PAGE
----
CARACAS (Dow Jones), Oct. 8, 2009
President Hugo Chavez speaks of getting robust foreign investment in Venezuela's oil sector, but major oil companies don't seem to be prepared to actually spend much as long as the global economic downturn slogs on.
Big oil companies, like most economists, worry the worldwide slump is anything but a typical economic decline, which could mean the droop in energy demand will endure.
At the same time, companies are skittish on Venezuela as Chavez' socialist tendencies and anti-capitalist rhetoric create an uncertain regulatory environment. Also hampering enthusiasm is that much of Venezuela's crude reserves, while vast, are tar-like and extra heavy, which never sells well when global oil demand is weak.
Given all that, a country like Venezuela that poses virtually no geological risk for oil companies is nonetheless finding itself struggling to convince companies to start spending money to develop new fields.
The lack of new investment, on top of the drop in global prices for crude, is putting a hurt on this oil-rich nation's economy, which saw a contraction in the second quarter for the first time in five years and faces budgetary pressures in 2010 that it hasn't seen in years.
Budget woes have also hit another oil giant, Russia, and Chavez may be forced to embark on the same path as Prime Minister Vladimir Putin, by offering a more welcoming voice to foreign investors.
Still, if you listened only to Chavez, you'd think foreign oil companies are already banging down the doors to invest in Venezuela and are ignoring all the concerns about the global slowdown.
The leftist-populist leader announced in recent weeks that state oil company Petroleos de Venezuela SA, or PdVSA, and a consortium of Russian companies were spending upward of $26 billion on oil projects. He also said PdVSA will team up with China to spend $16 billion over the next three years for oil drilling and other energy projects.
Most recently, the Chavez administration said French oil company Total SA could invest $25 billion in a joint venture with PdVSA that would include construction of a refinery or upgrader to make heavy crude lighter and more marketable.
In all, that's nearly $70 billion worth of supposed new investments, a figure that doesn't even include an upcoming Carabobo drilling auction that could lead to investments of more than $100 billion.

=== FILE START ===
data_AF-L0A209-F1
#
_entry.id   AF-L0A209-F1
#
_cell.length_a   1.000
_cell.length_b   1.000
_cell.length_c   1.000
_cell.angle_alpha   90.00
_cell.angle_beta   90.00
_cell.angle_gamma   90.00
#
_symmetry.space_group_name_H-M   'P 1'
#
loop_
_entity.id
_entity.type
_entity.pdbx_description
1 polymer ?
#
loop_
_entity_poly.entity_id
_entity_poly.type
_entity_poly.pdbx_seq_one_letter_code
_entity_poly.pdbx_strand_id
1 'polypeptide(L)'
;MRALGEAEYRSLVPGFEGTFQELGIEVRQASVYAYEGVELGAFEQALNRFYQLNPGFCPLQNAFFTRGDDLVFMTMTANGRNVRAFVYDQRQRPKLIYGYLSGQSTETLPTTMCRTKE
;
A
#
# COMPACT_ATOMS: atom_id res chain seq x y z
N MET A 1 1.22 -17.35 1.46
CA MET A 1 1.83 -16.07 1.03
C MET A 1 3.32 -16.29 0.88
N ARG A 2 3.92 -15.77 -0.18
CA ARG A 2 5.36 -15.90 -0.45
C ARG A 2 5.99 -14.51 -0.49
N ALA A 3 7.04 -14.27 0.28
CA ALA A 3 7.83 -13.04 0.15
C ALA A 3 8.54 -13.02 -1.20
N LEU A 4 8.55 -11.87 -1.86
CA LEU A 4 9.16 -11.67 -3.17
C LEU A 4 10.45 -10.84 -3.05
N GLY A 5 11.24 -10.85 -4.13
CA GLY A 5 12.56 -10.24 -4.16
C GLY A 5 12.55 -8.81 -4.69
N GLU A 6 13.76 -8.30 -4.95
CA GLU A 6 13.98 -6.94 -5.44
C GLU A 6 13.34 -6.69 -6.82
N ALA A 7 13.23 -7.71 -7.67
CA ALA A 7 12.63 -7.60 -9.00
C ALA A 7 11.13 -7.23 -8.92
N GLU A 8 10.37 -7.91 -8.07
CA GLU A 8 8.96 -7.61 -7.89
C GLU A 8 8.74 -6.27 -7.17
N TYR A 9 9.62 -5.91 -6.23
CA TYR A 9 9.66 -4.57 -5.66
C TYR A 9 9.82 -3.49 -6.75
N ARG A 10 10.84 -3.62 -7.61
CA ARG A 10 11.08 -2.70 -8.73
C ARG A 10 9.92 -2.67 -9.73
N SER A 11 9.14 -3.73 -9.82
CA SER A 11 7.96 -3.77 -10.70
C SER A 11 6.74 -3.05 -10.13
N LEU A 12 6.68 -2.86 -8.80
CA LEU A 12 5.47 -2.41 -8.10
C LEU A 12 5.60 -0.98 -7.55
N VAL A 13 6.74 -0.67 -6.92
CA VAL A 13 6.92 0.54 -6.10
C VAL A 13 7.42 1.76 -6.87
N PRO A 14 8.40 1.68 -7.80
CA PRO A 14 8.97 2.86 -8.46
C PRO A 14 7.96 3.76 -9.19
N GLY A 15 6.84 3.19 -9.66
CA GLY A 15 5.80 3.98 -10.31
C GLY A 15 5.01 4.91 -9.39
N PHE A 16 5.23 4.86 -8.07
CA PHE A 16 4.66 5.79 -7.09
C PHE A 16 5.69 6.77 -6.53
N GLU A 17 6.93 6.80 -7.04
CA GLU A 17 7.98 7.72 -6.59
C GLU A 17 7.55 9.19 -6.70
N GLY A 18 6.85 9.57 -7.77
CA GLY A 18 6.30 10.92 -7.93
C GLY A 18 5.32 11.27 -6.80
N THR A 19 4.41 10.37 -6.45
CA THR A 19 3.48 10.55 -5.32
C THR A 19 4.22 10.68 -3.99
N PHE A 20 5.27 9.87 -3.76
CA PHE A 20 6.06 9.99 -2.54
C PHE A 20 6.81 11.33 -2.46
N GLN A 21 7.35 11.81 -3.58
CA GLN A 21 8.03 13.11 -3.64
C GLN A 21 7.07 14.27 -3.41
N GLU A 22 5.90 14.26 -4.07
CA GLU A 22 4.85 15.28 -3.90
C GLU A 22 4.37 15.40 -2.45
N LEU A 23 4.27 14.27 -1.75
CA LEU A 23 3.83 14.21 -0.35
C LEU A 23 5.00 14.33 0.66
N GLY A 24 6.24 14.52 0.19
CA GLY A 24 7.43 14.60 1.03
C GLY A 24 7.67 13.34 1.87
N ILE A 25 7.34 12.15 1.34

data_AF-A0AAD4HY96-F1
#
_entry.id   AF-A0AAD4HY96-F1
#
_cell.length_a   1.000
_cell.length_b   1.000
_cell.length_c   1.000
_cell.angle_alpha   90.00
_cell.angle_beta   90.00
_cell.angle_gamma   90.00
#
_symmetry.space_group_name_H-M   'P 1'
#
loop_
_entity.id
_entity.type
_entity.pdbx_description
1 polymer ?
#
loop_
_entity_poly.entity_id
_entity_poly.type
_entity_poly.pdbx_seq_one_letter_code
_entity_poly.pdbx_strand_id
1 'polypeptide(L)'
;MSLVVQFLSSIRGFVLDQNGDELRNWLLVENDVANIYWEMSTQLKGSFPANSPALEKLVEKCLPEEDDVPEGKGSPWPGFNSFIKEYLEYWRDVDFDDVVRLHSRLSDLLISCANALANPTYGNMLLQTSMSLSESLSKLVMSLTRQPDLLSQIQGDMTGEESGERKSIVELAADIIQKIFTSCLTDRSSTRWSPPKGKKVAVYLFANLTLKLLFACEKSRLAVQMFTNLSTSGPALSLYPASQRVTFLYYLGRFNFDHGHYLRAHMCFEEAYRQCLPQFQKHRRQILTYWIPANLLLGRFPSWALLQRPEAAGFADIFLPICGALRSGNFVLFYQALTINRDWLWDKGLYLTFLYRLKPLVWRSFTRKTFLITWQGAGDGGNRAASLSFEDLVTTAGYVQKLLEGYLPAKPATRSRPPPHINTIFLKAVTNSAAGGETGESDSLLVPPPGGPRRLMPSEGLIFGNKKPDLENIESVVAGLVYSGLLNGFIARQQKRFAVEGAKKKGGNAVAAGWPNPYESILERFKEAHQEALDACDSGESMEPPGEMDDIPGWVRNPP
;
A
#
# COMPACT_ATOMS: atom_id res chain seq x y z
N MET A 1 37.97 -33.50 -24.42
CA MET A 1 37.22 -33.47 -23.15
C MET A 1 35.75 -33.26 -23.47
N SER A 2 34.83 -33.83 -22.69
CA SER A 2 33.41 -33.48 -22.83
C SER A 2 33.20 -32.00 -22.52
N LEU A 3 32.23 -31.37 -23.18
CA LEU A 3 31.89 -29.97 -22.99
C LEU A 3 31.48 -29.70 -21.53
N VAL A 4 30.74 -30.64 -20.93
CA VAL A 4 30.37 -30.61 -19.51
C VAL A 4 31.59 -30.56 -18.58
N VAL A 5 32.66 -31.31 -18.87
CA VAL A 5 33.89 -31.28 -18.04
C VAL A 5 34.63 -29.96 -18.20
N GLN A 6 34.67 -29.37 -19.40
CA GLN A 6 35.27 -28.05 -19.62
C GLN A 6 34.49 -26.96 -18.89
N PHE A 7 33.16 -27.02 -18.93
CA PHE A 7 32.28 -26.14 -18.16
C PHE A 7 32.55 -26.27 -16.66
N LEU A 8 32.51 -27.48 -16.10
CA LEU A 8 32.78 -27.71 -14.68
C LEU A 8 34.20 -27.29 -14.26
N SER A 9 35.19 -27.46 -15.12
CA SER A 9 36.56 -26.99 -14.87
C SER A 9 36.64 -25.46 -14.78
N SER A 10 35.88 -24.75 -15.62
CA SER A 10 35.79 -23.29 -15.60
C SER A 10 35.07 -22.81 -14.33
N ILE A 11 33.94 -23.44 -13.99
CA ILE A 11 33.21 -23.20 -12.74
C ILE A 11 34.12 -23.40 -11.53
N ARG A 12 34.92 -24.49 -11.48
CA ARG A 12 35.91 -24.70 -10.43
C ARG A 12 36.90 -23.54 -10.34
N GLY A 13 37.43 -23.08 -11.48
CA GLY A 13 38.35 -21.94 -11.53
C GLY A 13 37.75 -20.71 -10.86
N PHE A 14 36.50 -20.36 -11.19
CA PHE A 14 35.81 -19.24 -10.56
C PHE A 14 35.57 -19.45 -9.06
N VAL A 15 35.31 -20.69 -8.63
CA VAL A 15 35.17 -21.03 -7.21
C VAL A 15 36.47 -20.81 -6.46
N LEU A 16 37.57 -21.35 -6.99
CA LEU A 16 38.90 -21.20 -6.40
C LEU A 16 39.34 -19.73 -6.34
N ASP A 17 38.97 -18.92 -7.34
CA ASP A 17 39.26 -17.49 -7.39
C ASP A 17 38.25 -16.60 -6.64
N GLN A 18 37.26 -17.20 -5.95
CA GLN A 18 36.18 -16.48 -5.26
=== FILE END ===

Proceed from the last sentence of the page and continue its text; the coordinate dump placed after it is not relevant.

Virtually none of the money from the Carabobo project or the bilateral plans Chavez has discussed has been invested yet, either by PdVSA or its planned foreign partners. At most, companies have signed memorandums of understanding, which are non-binding gentlemen's agreements that are often ignored or drastically changed.
In some respects, Chavez recent talk about big spending in the sector comes with the territory, as the global oil industry is famous for bragging about huge investment plans. And Chavez himself has been talking about multi-billion dollar oil plans for years, much of which hasn't panned out.
Nonetheless, analysts say his recent comments shouldn't be completely written off as hot air. Depending on what happens to oil prices in the coming months, many of the plans could bear fruit in this country, whose oil reserves are among the largest in the world.
Abelardo Daza, a professor for the IESA business school in Caracas, said if oil prices can stay above $50 and settle closer to $70, foreign companies are likely to start spending in Venezuela. Venezuelan oil prices are averaging a bit above $50 this year and were at $62 last week.
Daza says Chavez' polarizing politics could result in some companies being more interested than others.
"I don't expect most U.S. companies to invest heavily," he said. "But companies from places such as Russia, China, France and Norway, they could make a big presence here."
The first chance to see what countries and companies are ready to spend on new investments in Venezuela could come in January when the long-delayed Carabobo auction, Venezuela's first oil licensing round in years, is due to take place.
The project gives international companies the chance to bid for seven blocks in the Orinoco region, where huge reserves have been proven. The bidding has hit roadblocks because of disputes over how much companies would have to pay in royalties and taxes, but Chavez' government has recently hinted it's ready to sweeten those terms.
Copyright (c) 2009 Dow Jones & Company, Inc.
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